It’s no secret that we haven’t traveled Norway as much as we would like to. Apart from short city brakes to Drøbak, Drammen or Tønsberg, we still haven’t seen the west coast, the North or the South. To be completely honest, it’s crazy expensive to travel anywhere in Norway. And with long and hard winters, we always prefer to travel somewhere warm. But….last year we did several short trips around Norway.

The trip to Stavanger was my gift for our anniversary. Actually, ever since I moved to Norway, I wanted to do some hiking. Trolltunga was first on my list, but with 2 years of pandemic restrictions and a baby along the way, I lowered my expectations. Preikestolen (Pulpit Rock) would have to do.

For the adventures ones, hiking the Preikestolen from Oslo is actually pretty simple. You get on an early 50 minutes flight to Stavanger, grab a rental or a coach bus to the foothill, take a four hours round hike, grab a bite in the city and you can still catch late evening fight back to Oslo. What this activity might do to your body afterwards, that’s another subject to discuss. However, if you have a year old traveling buddy, you’ll have to take TIME in your account, and it’s better not to rush.

So I have planned a three nights stay, to have enough time for a hike and to explore the city. Debeli suggested a fjord cruise and we were all set. Just had to get there 🙂

I booked a nice Airbnb for our stay, packed a baby hiking carrier, brought my mother with us, as she was visiting the grandson, and off we went.

Located on the peninsula of the same name in southwest Norway, Stavanger is the fourth largest city in Norway and the administrative center of Rogaland county.

The city’s population rapidly grew in the late 20th century due to its oil industry but it’s still considered a small city with just little over that 200 000 inhabitants.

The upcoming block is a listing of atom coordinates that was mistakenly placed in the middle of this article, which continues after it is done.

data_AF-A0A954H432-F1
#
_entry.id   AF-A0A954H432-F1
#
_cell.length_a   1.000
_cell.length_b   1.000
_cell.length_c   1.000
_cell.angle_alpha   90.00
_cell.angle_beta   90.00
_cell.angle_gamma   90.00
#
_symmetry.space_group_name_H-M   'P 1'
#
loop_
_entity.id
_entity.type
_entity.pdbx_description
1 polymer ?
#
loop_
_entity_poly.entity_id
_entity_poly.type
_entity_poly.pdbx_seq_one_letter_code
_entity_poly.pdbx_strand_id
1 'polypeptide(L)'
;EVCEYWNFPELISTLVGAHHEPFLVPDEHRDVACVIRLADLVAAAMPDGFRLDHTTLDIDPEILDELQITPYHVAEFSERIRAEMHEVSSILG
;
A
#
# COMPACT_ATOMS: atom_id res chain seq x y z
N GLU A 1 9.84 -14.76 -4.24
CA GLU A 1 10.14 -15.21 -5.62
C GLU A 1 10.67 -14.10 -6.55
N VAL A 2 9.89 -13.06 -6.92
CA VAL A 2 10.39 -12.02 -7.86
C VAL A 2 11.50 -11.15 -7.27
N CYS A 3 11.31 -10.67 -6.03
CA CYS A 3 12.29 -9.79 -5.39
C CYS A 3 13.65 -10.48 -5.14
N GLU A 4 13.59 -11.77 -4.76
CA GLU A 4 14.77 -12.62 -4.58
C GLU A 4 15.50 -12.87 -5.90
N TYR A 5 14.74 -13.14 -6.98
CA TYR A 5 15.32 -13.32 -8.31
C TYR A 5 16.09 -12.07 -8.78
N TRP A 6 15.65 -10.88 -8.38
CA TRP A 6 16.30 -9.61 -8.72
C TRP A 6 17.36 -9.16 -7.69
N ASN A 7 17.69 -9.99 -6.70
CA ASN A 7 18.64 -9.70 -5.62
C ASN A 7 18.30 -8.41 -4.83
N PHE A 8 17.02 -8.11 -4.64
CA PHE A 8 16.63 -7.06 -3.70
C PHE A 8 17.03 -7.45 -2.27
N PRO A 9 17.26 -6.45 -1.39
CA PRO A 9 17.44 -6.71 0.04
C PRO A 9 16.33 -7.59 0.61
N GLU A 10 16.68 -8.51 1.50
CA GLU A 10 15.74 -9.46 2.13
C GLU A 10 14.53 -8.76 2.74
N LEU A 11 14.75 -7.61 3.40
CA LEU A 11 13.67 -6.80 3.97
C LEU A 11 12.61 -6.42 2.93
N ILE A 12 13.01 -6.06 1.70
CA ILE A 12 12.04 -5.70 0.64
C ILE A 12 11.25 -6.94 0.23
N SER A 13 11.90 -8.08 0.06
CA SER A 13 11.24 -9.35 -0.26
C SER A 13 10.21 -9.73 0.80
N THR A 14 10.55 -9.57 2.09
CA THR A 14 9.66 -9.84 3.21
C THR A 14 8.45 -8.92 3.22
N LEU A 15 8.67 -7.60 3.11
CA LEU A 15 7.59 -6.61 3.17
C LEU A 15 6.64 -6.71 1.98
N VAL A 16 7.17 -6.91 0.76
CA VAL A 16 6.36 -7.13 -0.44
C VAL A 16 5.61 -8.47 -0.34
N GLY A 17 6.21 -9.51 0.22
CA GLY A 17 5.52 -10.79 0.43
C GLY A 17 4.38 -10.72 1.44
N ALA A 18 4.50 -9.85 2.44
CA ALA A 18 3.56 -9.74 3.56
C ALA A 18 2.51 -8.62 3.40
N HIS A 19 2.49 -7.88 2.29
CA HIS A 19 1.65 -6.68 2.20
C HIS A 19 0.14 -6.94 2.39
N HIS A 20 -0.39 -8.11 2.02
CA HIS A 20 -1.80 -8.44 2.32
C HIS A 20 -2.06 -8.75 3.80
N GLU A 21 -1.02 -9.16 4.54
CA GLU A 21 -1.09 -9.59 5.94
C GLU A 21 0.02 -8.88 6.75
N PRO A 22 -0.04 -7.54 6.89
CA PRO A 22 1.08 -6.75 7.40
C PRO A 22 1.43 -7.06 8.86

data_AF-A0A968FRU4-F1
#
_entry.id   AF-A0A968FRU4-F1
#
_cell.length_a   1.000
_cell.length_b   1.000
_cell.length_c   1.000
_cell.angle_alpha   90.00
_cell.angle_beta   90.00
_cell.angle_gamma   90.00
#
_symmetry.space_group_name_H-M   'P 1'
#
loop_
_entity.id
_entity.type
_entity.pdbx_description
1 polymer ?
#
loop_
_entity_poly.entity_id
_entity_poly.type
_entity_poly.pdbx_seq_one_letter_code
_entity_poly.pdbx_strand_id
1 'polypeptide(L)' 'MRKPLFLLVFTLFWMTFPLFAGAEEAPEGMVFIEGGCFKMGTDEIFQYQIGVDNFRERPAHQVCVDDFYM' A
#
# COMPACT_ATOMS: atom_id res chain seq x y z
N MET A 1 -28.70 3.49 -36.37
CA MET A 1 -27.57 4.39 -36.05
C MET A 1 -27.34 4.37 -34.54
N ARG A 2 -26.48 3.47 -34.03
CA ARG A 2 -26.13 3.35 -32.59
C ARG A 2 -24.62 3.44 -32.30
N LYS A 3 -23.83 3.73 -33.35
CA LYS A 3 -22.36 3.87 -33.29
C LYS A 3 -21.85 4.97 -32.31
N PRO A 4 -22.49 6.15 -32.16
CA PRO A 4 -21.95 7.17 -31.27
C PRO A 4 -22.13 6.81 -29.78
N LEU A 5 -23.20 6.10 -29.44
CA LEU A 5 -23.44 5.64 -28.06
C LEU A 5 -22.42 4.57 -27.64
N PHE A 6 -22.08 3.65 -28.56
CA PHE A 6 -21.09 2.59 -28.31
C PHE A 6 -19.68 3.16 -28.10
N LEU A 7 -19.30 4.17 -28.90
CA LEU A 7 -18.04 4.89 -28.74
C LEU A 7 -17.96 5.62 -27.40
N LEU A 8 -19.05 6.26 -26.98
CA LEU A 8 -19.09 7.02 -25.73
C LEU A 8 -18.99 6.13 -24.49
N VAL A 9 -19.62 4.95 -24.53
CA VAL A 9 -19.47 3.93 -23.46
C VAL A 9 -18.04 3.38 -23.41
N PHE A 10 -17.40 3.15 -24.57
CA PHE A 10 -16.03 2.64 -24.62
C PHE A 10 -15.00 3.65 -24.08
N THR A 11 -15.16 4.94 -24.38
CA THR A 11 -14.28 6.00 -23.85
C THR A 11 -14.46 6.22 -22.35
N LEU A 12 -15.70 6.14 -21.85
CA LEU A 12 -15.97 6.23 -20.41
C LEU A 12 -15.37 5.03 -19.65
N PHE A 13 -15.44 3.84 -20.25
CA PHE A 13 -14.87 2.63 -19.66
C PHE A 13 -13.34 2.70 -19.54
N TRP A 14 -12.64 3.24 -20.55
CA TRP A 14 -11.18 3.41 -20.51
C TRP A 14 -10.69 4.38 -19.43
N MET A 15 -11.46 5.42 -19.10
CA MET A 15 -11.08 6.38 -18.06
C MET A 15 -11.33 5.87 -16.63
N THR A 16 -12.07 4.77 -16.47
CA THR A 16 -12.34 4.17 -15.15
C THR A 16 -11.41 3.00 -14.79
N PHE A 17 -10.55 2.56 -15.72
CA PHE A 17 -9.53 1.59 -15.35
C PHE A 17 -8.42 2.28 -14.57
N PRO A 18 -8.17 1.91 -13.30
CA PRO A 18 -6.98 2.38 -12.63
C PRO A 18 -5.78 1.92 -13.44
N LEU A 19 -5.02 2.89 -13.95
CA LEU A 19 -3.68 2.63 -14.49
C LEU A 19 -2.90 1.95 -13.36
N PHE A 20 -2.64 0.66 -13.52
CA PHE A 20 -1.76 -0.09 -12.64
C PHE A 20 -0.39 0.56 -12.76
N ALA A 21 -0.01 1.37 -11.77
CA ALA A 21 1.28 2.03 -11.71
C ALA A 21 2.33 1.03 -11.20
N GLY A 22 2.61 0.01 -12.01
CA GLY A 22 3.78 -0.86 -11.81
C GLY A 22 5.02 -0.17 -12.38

Although one of the Norway’s oldest cities, Stavanger rapidly grew after the oil boom in the late 60ies.

Being known as the Oil Capital of Norway, Stavanger attracted many immigrants and was rated the most livable city for Europeans expatriates.

The city has been often found on the list of the most expensive cities in the world, that one cannot tell by the old wooden houses in the harbor. But they are part of the Vågen bay of Byfjorden in the center of Stavanger and some of the old houses dates back as early as 11th century.

The harbor area is usually filled with locals and tourists enjoying the variety of restaurants, bars, fish market or just strolling along the sea in the sunny day.

We didn’t have the time to explore food scene in Stavanger, so we opted for the most loved type of cuisine; Italian


Treated our selves with some local beer from Tau bryggeri, a brewery established in 1855 at Tau near Stavanger

Our first morning in Stavanger started as grey and gloomy as only Norwegian morning can be. But the rest of the days was perfect. Nice, sunny with the perfect amount of wind to not spoil us with short sleeves🌬️😀.

We took the advantage of this glorious weather and drove to the other side of the peninsula to see the Svjerd i fjell.

The giant monument was created by sculptor Fritz Røed from Bryne and was unveiled by King Olav V of Norway in 1983.

The three 10 meters tall bronze swords are planted into the rock of a small hill next to the fjord.

They commemorate the historic Battle of Hafrsfjord that took place in late 9th century, when King Harald Fairhair gathered all of Norway under one crown.

The largest sword represents the victorious Harald, and the two smaller swords represent the defeated petty kings

The monument also represents peace, since the swords are planted into solid rock, so they may never be removed.

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